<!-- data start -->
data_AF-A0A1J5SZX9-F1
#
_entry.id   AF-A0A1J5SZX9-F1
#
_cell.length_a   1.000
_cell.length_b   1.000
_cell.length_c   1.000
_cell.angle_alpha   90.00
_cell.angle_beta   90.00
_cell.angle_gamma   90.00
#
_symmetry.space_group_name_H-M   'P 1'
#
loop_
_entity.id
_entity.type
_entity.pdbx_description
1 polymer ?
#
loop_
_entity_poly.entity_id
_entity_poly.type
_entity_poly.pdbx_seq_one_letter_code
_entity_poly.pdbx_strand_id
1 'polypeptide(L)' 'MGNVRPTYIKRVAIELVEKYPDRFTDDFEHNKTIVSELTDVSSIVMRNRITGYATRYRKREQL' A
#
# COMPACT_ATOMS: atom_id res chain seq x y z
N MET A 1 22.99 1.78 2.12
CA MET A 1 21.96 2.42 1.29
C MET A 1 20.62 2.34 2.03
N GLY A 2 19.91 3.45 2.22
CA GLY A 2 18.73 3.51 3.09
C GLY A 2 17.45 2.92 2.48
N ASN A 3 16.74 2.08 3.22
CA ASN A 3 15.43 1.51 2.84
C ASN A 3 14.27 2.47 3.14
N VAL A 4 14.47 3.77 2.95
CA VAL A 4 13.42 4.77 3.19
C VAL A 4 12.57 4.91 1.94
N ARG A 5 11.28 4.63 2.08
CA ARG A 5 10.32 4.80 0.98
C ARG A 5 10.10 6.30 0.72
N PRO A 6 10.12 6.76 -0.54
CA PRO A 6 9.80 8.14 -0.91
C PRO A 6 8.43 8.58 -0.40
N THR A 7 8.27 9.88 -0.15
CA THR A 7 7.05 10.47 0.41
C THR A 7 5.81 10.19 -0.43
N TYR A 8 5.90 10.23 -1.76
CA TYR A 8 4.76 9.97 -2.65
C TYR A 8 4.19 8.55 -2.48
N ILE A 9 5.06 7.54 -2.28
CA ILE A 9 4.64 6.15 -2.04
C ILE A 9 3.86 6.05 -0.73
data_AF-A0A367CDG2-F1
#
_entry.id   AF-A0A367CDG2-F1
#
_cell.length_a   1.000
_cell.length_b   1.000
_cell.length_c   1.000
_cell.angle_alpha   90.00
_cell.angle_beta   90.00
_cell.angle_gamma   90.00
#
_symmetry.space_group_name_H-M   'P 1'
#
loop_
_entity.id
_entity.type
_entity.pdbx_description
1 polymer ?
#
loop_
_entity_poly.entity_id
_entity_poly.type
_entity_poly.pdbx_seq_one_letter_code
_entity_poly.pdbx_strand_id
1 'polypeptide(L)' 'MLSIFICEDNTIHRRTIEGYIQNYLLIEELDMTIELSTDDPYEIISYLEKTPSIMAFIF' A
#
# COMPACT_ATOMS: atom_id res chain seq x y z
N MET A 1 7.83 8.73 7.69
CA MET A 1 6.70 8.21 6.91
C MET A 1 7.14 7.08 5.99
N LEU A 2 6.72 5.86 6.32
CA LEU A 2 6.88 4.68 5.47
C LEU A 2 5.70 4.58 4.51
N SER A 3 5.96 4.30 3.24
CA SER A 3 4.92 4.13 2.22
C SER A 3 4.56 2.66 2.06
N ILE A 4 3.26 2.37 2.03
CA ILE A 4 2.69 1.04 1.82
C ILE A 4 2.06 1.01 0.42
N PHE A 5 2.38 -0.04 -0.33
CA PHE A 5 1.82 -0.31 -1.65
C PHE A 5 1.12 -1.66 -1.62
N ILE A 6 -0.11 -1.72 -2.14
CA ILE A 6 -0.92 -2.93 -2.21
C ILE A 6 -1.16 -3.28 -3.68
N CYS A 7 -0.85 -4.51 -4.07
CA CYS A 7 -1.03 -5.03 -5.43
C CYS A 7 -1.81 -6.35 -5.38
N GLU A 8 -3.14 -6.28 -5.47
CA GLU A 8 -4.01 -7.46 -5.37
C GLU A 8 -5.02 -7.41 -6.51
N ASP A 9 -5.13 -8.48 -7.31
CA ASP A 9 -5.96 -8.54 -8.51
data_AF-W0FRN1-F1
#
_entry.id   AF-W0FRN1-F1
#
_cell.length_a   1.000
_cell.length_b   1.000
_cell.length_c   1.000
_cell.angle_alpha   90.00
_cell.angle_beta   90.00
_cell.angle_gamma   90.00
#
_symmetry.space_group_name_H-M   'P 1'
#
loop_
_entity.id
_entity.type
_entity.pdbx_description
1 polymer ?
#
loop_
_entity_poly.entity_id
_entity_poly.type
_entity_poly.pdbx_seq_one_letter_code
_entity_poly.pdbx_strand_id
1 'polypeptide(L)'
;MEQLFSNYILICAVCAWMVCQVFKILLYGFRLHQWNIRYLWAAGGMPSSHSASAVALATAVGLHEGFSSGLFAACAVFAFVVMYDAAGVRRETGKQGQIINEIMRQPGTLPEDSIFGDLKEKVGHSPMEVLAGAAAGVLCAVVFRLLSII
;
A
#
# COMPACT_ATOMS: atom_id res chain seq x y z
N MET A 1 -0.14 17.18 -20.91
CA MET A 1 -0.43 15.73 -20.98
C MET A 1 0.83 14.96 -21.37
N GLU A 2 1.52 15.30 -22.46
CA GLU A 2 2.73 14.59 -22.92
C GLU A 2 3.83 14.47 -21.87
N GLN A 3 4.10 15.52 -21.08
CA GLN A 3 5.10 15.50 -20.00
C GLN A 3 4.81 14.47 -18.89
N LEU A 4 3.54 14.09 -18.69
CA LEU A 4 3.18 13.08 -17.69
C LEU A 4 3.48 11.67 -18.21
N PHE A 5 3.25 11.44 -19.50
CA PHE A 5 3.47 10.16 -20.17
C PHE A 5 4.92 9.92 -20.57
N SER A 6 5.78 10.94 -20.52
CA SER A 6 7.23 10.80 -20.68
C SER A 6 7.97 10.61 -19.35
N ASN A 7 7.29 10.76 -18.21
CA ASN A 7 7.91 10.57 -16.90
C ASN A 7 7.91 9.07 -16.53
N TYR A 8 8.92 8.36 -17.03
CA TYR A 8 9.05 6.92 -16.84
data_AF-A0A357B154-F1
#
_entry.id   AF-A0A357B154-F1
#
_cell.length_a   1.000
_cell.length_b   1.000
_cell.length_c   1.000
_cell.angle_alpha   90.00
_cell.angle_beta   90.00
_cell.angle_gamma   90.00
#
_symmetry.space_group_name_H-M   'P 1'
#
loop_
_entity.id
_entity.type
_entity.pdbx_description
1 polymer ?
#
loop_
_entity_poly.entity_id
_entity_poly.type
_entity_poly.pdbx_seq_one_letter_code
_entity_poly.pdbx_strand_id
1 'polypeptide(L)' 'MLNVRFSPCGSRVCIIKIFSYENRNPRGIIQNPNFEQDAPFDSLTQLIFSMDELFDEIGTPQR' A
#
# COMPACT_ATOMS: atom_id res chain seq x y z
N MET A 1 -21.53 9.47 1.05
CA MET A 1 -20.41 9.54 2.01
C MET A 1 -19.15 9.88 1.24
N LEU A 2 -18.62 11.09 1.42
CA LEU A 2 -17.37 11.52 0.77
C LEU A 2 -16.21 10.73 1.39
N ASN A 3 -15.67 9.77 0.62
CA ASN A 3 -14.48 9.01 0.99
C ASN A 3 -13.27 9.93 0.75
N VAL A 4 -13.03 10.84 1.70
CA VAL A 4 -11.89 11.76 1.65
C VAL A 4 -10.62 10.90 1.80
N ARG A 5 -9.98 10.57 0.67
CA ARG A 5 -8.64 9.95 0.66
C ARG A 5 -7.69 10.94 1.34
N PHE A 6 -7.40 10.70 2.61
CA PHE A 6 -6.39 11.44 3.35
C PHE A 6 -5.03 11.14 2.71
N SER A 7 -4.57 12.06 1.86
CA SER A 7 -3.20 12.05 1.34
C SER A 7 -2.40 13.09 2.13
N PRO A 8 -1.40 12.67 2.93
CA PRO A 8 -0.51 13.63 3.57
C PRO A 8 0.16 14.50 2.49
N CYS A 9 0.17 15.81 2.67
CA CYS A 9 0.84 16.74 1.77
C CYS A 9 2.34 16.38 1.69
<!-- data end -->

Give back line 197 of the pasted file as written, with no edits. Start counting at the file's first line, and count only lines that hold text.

N VAL A 4 -13.03 10.84 1.70